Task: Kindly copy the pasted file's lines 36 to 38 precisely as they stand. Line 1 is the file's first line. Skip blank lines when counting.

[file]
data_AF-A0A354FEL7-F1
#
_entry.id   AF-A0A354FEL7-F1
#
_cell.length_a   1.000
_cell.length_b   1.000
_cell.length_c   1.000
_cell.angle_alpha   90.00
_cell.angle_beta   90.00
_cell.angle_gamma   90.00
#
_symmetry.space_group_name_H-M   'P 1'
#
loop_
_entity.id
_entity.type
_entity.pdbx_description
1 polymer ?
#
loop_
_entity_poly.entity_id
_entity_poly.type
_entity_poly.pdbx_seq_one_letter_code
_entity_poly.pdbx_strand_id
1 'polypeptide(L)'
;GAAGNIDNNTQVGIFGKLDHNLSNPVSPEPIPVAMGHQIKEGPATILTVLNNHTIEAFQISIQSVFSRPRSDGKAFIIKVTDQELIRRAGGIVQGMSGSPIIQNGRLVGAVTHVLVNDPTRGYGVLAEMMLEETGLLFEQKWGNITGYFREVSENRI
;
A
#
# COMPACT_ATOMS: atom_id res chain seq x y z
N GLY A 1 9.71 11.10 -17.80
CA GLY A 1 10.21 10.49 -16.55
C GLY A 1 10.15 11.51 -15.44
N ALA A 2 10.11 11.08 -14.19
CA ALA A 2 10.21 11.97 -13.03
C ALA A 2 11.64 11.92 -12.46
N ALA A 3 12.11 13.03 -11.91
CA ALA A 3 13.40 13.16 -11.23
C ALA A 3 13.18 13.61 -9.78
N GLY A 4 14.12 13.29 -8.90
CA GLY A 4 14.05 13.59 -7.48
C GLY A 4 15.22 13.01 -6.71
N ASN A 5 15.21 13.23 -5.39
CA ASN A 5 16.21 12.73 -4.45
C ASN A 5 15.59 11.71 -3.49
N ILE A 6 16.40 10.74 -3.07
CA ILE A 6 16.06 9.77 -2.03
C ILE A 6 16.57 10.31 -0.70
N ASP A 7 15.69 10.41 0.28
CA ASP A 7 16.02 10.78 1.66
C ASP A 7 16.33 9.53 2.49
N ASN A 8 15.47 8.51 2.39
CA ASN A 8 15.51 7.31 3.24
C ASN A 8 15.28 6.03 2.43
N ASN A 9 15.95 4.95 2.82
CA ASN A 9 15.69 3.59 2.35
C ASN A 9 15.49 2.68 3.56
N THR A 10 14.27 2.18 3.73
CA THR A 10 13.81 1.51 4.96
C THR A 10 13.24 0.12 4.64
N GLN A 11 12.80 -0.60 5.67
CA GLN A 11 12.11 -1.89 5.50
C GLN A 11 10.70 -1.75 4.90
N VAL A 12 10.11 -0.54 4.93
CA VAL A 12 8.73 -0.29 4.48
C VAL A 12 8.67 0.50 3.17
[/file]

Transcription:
C ALA A 2 11.64 11.92 -12.46
N ALA A 3 12.11 13.03 -11.91
CA ALA A 3 13.40 13.16 -11.23